U.S. stocks ended the week slightly lower after reaching new all-time highs last week, with the S&P 500 Index dropping 0.5%. Materials, financials and consumer staples were among the biggest detractors, while telecom, health care and technology moved higher. U.S. Treasury prices and the dollar also advanced and oil prices ended the week up 3% amid growing concerns over tightening supply as a result of U.S. sanctions on exports from Iran.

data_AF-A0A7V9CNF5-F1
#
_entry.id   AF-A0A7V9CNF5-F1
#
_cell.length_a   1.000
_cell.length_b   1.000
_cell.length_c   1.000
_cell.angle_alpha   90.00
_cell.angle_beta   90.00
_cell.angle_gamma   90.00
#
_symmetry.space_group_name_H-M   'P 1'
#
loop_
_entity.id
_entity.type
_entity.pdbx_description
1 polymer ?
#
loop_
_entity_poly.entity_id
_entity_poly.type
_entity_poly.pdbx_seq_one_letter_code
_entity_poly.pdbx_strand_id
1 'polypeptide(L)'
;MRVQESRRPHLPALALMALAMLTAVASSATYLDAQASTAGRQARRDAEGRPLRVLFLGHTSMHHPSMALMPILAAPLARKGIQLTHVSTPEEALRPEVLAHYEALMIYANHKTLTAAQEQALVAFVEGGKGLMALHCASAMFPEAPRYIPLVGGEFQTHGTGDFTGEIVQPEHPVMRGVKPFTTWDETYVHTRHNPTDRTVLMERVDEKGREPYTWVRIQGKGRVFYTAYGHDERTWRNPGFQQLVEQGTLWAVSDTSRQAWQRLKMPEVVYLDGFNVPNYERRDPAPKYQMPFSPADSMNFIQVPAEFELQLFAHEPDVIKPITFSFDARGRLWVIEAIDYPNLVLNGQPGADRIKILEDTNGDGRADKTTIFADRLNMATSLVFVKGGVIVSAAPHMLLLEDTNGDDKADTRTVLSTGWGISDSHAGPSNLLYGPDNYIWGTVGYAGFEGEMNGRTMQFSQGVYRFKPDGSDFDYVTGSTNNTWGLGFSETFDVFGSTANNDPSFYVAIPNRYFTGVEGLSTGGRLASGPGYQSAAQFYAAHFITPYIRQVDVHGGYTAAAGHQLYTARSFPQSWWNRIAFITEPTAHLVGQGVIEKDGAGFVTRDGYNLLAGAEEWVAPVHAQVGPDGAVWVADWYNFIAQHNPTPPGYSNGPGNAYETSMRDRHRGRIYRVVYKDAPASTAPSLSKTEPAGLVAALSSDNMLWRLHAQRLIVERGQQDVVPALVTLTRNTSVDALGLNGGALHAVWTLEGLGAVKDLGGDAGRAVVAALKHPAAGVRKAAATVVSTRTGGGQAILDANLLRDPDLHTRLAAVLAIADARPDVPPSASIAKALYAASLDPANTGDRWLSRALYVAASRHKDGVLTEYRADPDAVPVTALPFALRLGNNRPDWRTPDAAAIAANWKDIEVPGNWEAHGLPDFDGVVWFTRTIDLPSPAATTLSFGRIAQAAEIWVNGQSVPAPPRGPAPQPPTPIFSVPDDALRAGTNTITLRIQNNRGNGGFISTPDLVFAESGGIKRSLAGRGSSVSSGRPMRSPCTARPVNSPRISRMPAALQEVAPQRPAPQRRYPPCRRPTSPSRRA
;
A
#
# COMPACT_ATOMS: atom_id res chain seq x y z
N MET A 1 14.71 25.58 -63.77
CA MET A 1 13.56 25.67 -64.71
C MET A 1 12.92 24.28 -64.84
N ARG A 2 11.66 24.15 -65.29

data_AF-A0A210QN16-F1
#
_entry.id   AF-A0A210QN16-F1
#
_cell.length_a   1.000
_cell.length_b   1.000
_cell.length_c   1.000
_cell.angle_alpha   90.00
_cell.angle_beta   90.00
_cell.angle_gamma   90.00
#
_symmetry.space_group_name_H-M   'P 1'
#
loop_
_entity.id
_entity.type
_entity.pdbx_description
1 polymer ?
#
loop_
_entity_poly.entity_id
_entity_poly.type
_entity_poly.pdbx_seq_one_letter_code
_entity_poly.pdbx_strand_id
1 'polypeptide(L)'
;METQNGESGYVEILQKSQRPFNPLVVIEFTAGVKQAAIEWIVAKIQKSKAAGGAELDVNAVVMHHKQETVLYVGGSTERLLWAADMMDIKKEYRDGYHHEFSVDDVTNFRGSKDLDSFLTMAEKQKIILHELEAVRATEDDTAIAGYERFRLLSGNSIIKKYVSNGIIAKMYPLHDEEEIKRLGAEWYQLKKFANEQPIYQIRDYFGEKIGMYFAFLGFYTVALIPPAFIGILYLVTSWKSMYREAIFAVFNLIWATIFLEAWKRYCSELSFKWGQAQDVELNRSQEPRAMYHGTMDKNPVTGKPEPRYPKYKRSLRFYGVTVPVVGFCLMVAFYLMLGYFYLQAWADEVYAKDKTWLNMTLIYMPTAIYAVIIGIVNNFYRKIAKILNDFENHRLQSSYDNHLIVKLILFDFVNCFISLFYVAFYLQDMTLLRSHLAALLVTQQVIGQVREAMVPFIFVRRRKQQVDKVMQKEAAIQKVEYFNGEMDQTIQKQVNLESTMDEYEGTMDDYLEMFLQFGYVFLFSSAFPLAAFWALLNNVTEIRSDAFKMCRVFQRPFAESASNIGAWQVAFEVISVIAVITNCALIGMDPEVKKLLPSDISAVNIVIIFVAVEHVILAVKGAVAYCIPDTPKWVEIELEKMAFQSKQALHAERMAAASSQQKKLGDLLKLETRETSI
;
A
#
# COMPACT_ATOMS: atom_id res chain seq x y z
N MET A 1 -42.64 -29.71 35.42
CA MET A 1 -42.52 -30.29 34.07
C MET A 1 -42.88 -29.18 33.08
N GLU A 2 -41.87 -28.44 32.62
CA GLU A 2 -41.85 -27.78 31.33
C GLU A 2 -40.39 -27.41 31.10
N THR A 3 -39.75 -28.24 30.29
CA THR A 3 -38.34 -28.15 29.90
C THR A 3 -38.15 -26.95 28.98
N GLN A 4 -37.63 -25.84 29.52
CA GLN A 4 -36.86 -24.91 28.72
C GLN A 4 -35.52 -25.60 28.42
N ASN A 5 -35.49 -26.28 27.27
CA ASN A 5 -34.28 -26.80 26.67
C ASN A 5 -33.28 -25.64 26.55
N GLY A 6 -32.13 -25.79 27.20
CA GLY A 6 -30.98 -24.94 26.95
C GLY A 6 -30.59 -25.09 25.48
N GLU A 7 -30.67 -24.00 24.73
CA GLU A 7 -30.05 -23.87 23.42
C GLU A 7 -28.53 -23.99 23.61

Vicissitudes in the market should not come as a surprise, equity prices simply don’t move in linear fashion. However, we are entering the fourth quarter (when markets typically post the strongest returns of the year). In theory, investors can breathe a sigh of relief during this time of year. We are not postulating a linear move higher heading into year-end, but we have analyzed data collected on S&P 500 performance from 1980-2017. The way we see it, the final quarter of the year has generated average gains of 4.59%, compared to gains of 2.34%, 2.67% and 0.3% for 1Q, 2Q and 3Q, respectively.